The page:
President & CEO
Pushing the boundaries
Cost of funds is putting pressure on bond portfolio’s net margins.
Let’s get right to the point: Your community bank’s net interest margin, which has probably shrunk in the last couple of quarters, has been especially compromised by your bond portfolio’s performance. And I’m not talking about the credit quality; this is purely interest rate driven. Historically, when we look at the portfolio’s tax-equivalent yield (TEY) compared with cost of funds (COF), the difference is around 200 basis points, or 2% (see table).
This has held true in virtually all rate environments. This includes the 2013–15 period, when we were clawing our way out of the Great Recession and the fed funds rate was anchored at 25 basis points (0.25%). It also includes 2019, when fed funds got up to 2.5% and the yield curve inverted for a few minutes.
The current math isn’t so appealing, and the trend actually began with the monetary policy response to the pandemic. So let’s see what can be done to maintain your own “boundary,” or spread, between the bonds’ yields and your cost of carry.
Back in the day
For those with limited recall (like your correspondent), the mid-2010s was a period with weak loan demand, seemingly no pricing power, and therefore little inflation. Core personal consumption expenditures (PCE) never breached the 2% target between 2012 and 2018. In many months, it was closer to 1%. This normally would have caused the net earnings of the bond portfolio to shrink, as margin compression would have taken over. However, that didn’t happen, as community banks were able to fund themselves with overall cost of funds well below 1%.
Even when inflation did perk up modestly, as in 2018–19, the 200-basis point net spread was maintained. COF, with its modest beta, stayed put for the most part, while bond portfolio yields rose enough to keep the boundary in place.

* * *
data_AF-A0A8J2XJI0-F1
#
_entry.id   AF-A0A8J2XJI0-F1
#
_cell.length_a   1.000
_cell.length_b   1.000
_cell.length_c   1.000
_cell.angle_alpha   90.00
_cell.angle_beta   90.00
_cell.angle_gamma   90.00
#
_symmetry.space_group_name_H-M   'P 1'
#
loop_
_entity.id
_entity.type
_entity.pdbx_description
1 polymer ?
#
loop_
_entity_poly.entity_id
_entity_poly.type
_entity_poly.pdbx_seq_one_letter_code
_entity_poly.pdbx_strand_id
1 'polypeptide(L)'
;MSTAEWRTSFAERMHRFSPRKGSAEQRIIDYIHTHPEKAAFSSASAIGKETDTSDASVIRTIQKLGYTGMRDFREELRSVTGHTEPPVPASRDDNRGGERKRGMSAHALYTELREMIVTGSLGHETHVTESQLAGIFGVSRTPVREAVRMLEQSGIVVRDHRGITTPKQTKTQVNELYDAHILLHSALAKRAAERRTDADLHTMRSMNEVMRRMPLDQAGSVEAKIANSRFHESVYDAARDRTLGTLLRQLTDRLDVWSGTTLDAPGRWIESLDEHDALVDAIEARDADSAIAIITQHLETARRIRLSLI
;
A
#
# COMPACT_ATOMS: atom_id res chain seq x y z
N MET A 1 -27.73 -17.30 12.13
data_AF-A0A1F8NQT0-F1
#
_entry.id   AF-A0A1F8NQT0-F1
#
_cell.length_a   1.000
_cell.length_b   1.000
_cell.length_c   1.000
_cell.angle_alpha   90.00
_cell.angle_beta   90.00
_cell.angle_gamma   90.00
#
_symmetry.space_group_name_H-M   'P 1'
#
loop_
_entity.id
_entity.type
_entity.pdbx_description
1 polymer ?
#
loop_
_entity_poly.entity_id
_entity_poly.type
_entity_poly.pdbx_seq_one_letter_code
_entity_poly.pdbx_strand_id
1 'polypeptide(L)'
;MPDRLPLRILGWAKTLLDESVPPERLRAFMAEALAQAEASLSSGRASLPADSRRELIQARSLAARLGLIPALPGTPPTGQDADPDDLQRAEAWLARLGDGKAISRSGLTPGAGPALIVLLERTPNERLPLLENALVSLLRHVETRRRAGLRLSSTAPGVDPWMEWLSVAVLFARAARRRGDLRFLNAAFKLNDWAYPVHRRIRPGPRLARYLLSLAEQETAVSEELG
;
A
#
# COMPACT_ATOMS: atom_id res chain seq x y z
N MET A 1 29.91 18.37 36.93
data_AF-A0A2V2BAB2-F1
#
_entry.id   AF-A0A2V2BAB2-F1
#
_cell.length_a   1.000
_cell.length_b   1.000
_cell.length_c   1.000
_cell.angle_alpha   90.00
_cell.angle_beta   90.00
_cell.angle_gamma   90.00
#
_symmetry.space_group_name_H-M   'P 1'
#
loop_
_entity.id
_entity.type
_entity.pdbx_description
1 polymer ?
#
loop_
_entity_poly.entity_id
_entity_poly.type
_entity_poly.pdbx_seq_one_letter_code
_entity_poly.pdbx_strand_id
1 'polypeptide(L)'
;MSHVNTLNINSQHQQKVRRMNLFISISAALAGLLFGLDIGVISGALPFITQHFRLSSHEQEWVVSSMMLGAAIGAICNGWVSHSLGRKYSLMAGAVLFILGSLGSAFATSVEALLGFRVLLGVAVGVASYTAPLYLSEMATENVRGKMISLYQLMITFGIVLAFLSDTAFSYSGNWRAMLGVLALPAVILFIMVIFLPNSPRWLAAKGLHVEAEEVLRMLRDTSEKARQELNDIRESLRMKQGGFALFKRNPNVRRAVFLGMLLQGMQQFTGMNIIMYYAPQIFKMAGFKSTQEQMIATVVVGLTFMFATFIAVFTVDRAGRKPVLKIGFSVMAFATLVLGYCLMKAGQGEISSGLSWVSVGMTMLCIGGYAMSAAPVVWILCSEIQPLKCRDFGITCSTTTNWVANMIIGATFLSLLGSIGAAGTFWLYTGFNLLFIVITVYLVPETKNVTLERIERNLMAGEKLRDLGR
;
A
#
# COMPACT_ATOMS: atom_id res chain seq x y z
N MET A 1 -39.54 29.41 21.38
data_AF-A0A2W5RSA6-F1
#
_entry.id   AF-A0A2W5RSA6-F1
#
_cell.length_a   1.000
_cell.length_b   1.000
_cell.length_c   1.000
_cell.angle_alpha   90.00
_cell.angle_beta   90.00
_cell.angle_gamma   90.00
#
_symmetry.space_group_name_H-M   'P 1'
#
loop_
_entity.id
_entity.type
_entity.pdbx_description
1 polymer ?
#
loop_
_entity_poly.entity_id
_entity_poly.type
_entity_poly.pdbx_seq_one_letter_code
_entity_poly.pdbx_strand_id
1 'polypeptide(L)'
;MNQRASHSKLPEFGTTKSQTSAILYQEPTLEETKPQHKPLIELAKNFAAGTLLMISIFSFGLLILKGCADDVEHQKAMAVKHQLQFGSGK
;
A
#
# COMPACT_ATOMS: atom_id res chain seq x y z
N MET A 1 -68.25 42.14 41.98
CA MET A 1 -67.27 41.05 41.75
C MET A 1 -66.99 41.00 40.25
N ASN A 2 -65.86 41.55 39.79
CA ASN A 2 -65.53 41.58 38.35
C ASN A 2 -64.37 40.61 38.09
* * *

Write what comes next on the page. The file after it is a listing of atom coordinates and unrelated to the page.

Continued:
It’s also worth mentioning portfolio durations stayed within their historical bands during the teens, generally around three years, so it doesn’t look like there was “yield reach” in this era. This is especially impressive given the very flat yield curves in 2018–19.
Not all bad news
Just as it appears we’re building out a case that earnings are going down the drain, here’s some welcome news: Things still look quite good for the community banking industry overall. Earnings for the first half of 2023 are about in line with the similar period for 2022, even as funding costs have taken off. Interest rate risk postures for community banks appear to be very well balanced, according to Stifel, so overall, the higher rates that you’re paying for deposits have basically mirrored the improved yields on interest-bearing assets, at least in the last four quarters. Net interest margins improved initially in 2022 after the Fed commenced its rate-hike cycle.
Two other elements of banking fundamentals are working well: credit quality and capital levels. These measures are akin to the offensive line on football team, in that you only hear about them when things aren’t going well.
Noncurrent loan rates and net charge-offs in 2023 remain miniscule. The FDIC reports the average community bank leverage ratio (CBLR) for those who elected to use the CBLR reporting methodology was 12.1% as of June 30. Both contributed to net income increasing quarter-over-quarter, even with the funding headwinds.
Here we are
By the looks of things in the table, there are still some challenges ahead. The net take, or spread, of the bond portfolio yields over the COF is barely half of its long-term run rate, and we’re probably not finished yet. Portfolio TEYs have improved since the nadir in 2021, although the pace of improvement has been tortuously slow, since depositories have been collectively on buyers’ strikes for two years.
If deposit betas hold consistent with past eras in which fed funds has met or exceeded 5%, it’s entirely possible that overall COF would approach 3% for the industry. The chance of this improves in the “higher for longer” scenario.
Still, given that community banks are relatively insulated from further rate shocks, it appears that time could be on your side. For the 2023 holiday season, the boundary that portfolio managers should be most concerned with is their own midsections, not their bond portfolios’ net interest margins.